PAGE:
Gordon Brown says UK Government in 'crisis' and demands fourth budget to help with cost-of-living pressure
Gordon Brown has demanded a fourth budget to help with the cost-of-living crisis and shared his “shock” at the growing number of people in poverty.
The former prime minister called for Boris Johnson to “get people together” to find a solution in the face of soaring inflation.
Speaking to BBC’s Sunday Morning, the Scottish Labour stalwart also called on Mr Johnson to spearhead a global summit aimed at helping to tackle people’s soaring costs.
Asked about poverty figures, Mr Brown said: “I am shocked by the fact that so many families and so many children are going to be forced into poverty during this winter, despite Chancellor [Rishi] Sunak’s proposals last month.
“I see millions of families in poverty, and millions of children going to school ill clad and hungry. People are unable to afford to put up their heating.
“Something has got to be done about this. And it has to be done in a far fairer way than the previous three budgets.
“Family budgets are under huge pressure and the Government will need a plan. I am proposing a fourth budget. We’ve had three budgets this year. We need to do three things. First of all, we need to get inflation on a pathway towards stable prices.
“Secondly, the Government’s got to help ease family poverty, because child poverty is going to go beyond five million if we don’t take further action. And thirdly, I think what people are really looking for is a plan for growth to get over this.”
The former Labour leader explained the issues were not just a problem for Britain, but affecting every country around the globe.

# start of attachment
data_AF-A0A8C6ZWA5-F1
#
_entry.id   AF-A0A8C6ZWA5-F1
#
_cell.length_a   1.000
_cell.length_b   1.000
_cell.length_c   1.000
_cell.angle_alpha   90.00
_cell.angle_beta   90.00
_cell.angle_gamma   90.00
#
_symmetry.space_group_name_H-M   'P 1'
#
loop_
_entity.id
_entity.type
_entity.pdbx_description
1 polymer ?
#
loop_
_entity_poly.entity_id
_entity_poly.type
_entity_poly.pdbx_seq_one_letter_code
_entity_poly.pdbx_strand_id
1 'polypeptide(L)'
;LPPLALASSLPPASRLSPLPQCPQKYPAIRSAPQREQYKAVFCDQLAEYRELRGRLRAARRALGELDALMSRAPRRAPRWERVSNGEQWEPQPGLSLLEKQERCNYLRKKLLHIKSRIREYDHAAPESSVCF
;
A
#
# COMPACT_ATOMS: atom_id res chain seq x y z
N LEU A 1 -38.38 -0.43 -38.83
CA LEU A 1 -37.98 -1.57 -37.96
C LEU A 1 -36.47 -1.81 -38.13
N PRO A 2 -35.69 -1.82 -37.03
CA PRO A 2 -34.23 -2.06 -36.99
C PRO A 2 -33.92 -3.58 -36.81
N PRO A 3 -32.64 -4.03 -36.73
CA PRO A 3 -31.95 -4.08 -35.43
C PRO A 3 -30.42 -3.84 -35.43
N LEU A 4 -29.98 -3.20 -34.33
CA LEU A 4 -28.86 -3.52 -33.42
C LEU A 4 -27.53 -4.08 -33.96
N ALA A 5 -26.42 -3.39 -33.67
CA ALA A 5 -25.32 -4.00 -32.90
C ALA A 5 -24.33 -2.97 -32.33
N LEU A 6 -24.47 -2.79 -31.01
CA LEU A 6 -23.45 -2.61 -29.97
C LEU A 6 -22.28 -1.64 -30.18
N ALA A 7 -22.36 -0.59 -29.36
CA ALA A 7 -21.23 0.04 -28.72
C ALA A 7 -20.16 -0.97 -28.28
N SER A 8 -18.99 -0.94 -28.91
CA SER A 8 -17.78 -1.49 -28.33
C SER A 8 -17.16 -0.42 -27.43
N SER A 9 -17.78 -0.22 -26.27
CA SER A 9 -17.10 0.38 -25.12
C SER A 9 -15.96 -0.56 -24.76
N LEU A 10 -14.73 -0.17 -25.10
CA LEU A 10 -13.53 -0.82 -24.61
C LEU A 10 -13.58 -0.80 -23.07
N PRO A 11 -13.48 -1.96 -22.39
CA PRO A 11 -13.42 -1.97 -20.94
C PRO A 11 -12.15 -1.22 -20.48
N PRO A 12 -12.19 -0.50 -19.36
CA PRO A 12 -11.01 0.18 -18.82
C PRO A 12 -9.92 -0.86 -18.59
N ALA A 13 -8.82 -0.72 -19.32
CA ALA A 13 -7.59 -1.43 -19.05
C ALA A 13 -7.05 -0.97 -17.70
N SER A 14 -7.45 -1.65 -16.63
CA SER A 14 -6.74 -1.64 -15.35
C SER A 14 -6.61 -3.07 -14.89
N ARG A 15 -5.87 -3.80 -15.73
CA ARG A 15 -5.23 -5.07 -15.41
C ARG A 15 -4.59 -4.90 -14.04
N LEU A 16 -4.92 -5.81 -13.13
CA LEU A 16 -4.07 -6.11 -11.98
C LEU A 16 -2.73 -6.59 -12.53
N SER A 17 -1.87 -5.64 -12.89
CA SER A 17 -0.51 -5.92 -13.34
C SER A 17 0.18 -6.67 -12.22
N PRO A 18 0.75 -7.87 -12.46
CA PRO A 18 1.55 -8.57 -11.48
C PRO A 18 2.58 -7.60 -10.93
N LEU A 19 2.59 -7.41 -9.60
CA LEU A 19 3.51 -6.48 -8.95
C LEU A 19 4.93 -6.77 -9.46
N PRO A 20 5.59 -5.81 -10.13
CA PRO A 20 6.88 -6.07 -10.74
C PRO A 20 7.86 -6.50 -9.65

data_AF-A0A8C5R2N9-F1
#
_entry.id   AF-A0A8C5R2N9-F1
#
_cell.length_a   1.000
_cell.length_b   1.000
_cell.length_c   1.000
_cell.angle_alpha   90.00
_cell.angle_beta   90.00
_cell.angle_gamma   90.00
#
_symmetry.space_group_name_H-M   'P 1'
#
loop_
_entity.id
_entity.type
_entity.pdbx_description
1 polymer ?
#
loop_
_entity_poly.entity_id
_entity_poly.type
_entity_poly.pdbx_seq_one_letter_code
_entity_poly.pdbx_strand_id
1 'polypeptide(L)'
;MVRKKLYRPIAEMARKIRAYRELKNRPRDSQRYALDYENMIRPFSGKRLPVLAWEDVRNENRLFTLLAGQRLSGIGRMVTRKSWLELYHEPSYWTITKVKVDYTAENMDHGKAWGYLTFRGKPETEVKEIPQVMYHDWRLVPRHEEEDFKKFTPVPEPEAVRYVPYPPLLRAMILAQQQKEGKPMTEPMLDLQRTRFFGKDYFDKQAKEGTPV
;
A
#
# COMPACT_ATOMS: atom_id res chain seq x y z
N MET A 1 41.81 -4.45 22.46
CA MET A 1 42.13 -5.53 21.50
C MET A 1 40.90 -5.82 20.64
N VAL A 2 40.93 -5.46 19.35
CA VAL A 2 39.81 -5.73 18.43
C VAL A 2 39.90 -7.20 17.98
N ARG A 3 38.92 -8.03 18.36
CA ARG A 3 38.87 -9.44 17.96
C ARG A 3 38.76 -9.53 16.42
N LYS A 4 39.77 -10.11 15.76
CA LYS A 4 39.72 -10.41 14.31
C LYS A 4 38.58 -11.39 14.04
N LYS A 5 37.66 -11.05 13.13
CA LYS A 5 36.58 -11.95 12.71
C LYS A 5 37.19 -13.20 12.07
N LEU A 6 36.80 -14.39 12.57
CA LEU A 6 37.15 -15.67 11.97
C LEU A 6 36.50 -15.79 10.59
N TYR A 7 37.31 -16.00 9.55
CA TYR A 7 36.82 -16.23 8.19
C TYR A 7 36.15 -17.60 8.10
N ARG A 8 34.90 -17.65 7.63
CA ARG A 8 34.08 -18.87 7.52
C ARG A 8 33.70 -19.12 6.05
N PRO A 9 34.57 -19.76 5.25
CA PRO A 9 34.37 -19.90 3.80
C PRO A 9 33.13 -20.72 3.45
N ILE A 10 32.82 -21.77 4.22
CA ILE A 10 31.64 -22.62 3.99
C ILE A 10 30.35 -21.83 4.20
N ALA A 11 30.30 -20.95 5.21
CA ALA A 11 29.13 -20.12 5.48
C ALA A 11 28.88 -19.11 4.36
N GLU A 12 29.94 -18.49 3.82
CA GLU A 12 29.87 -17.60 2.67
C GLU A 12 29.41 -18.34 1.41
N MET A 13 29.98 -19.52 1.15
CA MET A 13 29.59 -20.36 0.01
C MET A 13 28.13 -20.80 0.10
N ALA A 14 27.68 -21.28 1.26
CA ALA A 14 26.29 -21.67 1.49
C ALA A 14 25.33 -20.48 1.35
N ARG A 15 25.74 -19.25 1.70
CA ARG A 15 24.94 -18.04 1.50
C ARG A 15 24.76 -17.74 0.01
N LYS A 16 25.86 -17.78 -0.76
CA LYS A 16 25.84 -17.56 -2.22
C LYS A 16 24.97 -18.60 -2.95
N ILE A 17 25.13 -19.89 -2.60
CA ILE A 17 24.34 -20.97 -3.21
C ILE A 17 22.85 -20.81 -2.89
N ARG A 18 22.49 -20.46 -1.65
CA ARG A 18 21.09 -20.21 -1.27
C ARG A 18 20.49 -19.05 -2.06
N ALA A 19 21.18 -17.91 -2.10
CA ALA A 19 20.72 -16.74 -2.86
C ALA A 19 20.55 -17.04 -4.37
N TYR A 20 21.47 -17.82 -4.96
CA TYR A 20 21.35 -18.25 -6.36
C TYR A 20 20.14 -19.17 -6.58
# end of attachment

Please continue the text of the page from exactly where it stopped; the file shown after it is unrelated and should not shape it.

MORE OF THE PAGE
He called for a “global solution” and stressed the need for leadership.
Mr Brown explained: “This is first of all a global problem that needs a global solution.
"We’re actually leaderless at the moment, but we’re not powerless.
“There’s a food crisis, 800 million on the verge of starvation.
"There’s an energy crisis with oil prices going up, affecting every country, inflation and, of course, on top of Covid and conflict and climate change, which is affecting every country.
“So Boris Johnson may be going to Rwanda and then to Germany, but he really ought to be getting world leaders together, and they should concoct a plan that deals in a concerted and comprehensive way that can get oil prices down, can get food supply moving around the world, and can get control of inflation.”
Chancellor for ten years, Mr Brown also warned inflation in the UK could reach 11 per cent at the same time as a recession, putting jobs and living standards at risk.
Demanding more action, he said: “Britain is one of the few countries without a policy for industry.
“We don’t have a trade deal either with America or with Europe, so in or out of Brexit we’ve really got to get our trading relations sorted out.
“Without that plan and there is no plan, there is no programme of action.
“The Government is going from crisis to crisis and scandal to scandal. We cannot see the way out of this. We will have pain now and pain later. What we need is minimising pain now and maximising gain later.
“At the moment, no Government minister can explain any strategy for the next year, two years or three years. There is no plan, no programme of action and there’s got to be one.”
There was also a defence of Sir Keir Starmer, after a week in which the Labour leader’s own shadow Cabinet were briefing that he was “boring”.
Suggesting Sir Keir ignore them, Mr Brown said: “What’s exciting about the possibility of Keir Starmer’s leadership is he will have a plan for Britain. He will show how we can get back growth.
"He will show how we can get living standards rising again, and he will show how we can have a fairer society that deals with problems like climate change.
“Keir Starmer was the Director of Public Prosecutions. He’s been a great public servant over many years and I think he’ll make a great Prime Minister.”
The UK and Scottish governments were contacted for comment.
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